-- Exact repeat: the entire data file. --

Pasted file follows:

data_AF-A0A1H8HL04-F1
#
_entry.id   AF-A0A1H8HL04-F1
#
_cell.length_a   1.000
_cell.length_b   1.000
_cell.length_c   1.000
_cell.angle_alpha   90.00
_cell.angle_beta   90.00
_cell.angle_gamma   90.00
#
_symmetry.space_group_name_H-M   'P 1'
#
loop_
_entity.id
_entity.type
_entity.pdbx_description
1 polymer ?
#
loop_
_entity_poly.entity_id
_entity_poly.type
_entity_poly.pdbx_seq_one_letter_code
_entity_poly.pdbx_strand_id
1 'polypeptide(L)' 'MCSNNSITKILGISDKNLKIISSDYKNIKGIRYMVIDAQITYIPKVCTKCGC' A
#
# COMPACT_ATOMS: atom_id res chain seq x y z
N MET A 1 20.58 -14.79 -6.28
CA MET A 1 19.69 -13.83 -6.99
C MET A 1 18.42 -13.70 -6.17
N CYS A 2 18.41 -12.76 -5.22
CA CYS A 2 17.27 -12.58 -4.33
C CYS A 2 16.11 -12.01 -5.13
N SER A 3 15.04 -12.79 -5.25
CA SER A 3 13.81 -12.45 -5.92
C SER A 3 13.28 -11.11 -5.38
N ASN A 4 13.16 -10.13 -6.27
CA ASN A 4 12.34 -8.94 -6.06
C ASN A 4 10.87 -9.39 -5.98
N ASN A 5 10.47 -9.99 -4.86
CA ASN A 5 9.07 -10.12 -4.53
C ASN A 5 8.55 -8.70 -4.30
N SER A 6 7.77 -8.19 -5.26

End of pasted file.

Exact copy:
data_AF-A0A1H8HL04-F1
#
_entry.id   AF-A0A1H8HL04-F1
#
_cell.length_a   1.000
_cell.length_b   1.000
_cell.length_c   1.000
_cell.angle_alpha   90.00
_cell.angle_beta   90.00
_cell.angle_gamma   90.00
#
_symmetry.space_group_name_H-M   'P 1'
#
loop_
_entity.id
_entity.type
_entity.pdbx_description
1 polymer ?
#
loop_
_entity_poly.entity_id
_entity_poly.type
_entity_poly.pdbx_seq_one_letter_code
_entity_poly.pdbx_strand_id
1 'polypeptide(L)' 'MCSNNSITKILGISDKNLKIISSDYKNIKGIRYMVIDAQITYIPKVCTKCGC' A
#
# COMPACT_ATOMS: atom_id res chain seq x y z
N MET A 1 20.58 -14.79 -6.28
CA MET A 1 19.69 -13.83 -6.99
C MET A 1 18.42 -13.70 -6.17
N CYS A 2 18.41 -12.76 -5.22
CA CYS A 2 17.27 -12.58 -4.33
C CYS A 2 16.11 -12.01 -5.13
N SER A 3 15.04 -12.79 -5.25
CA SER A 3 13.81 -12.45 -5.92
C SER A 3 13.28 -11.11 -5.38
N ASN A 4 13.16 -10.13 -6.27
CA ASN A 4 12.34 -8.94 -6.06
C ASN A 4 10.87 -9.39 -5.98
N ASN A 5 10.47 -9.99 -4.86
CA ASN A 5 9.07 -10.12 -4.53
C ASN A 5 8.55 -8.70 -4.30
N SER A 6 7.77 -8.19 -5.26